Climate change, foxes, and hens25 September 2012
Prime Minister Julia Gillard announced yesterday the Labor Government will introduce a tax on the consumption of hens by foxes.
“By making hen consumption more expensive, this policy will make alternative food sources relatively cheaper,” said Gillard.
From 2015, Australia will have a hen consumption trading scheme, in which foxes will be able to buy and sell rights to eat hens.
The scheme aims to cut hen consumption by 5% by 2020.
“A market mechanism is the most cost-effective way to reduce hen consumption,” said Gillard.
All her economic advisers agreed, rejecting demands by animal rights groups that the market mechanism must be complemented by other measures including fox-proof fences around poultry farms.
“We look forward to working very closely with foxes and other stakeholders over the coming months to ensure we reduce hen consumption at the lowest possible cost and while maintaining the competitiveness of our fox industry,” said Hen Minister Greg Combet.
Reaction from foxes
The pro-hen industry coalition, the Global Organization of Businesses for Bantam Liberation and Emancipation (GOBBLE), cautiously welcomed the announcement.
“We will work with the government to achieve a price on hen consumption, as it is the most cost-effective way of reducing the consumption of hens.” said a spokesperson for GOBBLE, who was previously a senior government adviser. “It’s much cheaper than, say, just banning hen consumption.”
The Fox Council of Australia said in a statement: “We fully support a price on hen consumption. However, we are concerned that a badly-designed policy could cripple Australia’s competiveness relative to other economies.
“China has not introduced any restrictions on hen consumption, and we must remember Australia’s hen consumption is only 1.5% of the global total.
“Given the present circumstances we should really put the whole thing off for another electoral cycle or two or three.”
Many foxes say the tax will cause them to starve.
“I’m under a lot of pressure at the moment, and I’ll really struggle to survive if my compensation isn’t increased by 10%,” said one fox that will be compensated for 95% of the costs.
Activists back policy
Animal rights groups support the policy, urging Australians to “say yes to a price on hen consumption”.
“This is an inspiring first step towards a safe future for all hens,” said Animal Rights Party leader Christine Milne, who was on the committee that designed the policy.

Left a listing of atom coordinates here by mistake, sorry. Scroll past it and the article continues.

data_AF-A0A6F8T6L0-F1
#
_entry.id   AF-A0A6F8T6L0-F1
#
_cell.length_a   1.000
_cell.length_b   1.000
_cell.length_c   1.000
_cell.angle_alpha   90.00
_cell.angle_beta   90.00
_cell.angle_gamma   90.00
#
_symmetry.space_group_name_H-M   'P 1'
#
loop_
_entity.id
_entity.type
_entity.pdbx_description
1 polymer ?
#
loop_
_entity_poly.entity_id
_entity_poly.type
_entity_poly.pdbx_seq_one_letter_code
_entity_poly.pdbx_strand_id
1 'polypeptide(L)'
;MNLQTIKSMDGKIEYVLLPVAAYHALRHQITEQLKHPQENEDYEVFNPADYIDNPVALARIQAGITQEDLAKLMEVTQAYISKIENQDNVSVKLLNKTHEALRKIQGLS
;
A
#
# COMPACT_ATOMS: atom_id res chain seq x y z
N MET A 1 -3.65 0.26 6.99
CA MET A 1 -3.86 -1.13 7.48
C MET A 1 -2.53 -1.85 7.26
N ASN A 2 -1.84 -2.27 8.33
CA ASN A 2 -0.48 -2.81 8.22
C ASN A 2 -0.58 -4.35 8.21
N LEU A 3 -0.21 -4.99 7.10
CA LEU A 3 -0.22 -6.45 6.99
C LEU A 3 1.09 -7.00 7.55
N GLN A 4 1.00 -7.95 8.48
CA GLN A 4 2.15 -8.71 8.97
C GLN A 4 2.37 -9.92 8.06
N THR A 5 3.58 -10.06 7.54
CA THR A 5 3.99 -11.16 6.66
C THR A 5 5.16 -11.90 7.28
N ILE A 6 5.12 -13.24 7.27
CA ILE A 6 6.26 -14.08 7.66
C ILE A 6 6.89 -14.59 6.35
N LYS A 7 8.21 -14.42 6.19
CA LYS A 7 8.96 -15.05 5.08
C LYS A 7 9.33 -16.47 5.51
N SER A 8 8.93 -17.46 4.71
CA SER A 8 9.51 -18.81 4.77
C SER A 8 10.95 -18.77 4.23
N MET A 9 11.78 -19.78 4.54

Milne concedes the Government’s 5% target “is not nearly enough”, but her party successfully lobbied for regular independent reviews which she hopes will increase its ambition in future.
The Animal Rights Party also argued strongly for some of the revenue to be spent on hen protection measures.
The policy does include $10 billion for a new Chicken Protection Fund (CPF), though it will not begin spending money for two years.
Half the funding is guaranteed for hens, with the other half likely to be spent on other animals such as foxes.
Alan Moron, a senior researcher at the Institute for Pathetic Astroturfing (IPA), denounced the CPF as “inefficient”, “wasteful”, and “picking winners”.
“This is an ideologically motivated subsidy of evolutionarily unviable species like chickens, which are very short,” said Moron, whose research is on how to publish opinion columns.
The IPA did not comment on existing subsidies for foxes.
The opposing Opposition, who sit opposite the Government and have the opposite point of view, oppose the policy.
“Cutting Australia’s hen consumption by 5% will make no difference to the survival of the chicken species,” said Negative Party leader Tony Abbott, who has previously described reports of foxes consuming hens as “absolute crap”.
“Even the Government’s own modeling admits 60% of their target will be met by outsourcing hen protection to other countries.
“This toxic tax will starve foxes but it will not reduce hen consumption in Australia.
Instead, the Negatives propose to address the problem of foxes eating hens by cutting Australia’s hen consumption by 5%, and intend to meet 60% of their target by protecting species other than chickens.
Combet dismissed Abbott’s claims as a “scare campaign”.
“We foresee a vibrant future for Australian foxes,” said Combet.
Gillard described the positions of the Animal Rights and Negative parties as “extremist”.
“Only Labor can balance the needs of foxes and hens,” she said.
The people are revolting
Meanwhile, nationwide protests against the new tax have been organized by the grassroots community group Free Radicals Opposing New Taxes (FRONT).
“Australians are really doing it tough at the moment,” said a FRONT spokesperson.
“Our dollar is too strong because foxes are eating too much, and the hen consumption tax is the last straw because it will hit foxes hard.
“The people of Australia must rise up in revolt to defend the profits— I mean, the rights of ordinary Australians.”
Abbott told a FRONT rally today, “This great big new tax being imposed on the Australian people shows Christine Milne is the unofficial Prime Minister of Australia.
“This is a government based on a lie, and Julia Gillard should call an election today so the people can elect a more honest prime minister,” said the alternative prime minister.
Controversial talk radio host Alan Jones has nicknamed Labor “the Liebor Party”.
“Julia should be torn apart and devoured alive by a skulk of foxes,” said Jones, who later denied accusations he was inciting violence against the Prime Minister.
“I might not always agree with some of the colorful language that Alan uses,” said Abbott.
“I guess the point I would make is you know what you’re not getting when you vote for the Negative Party, because we oppose everything, even our own policies.”
When questioned about his own policies, Abbott ended his press conference abruptly.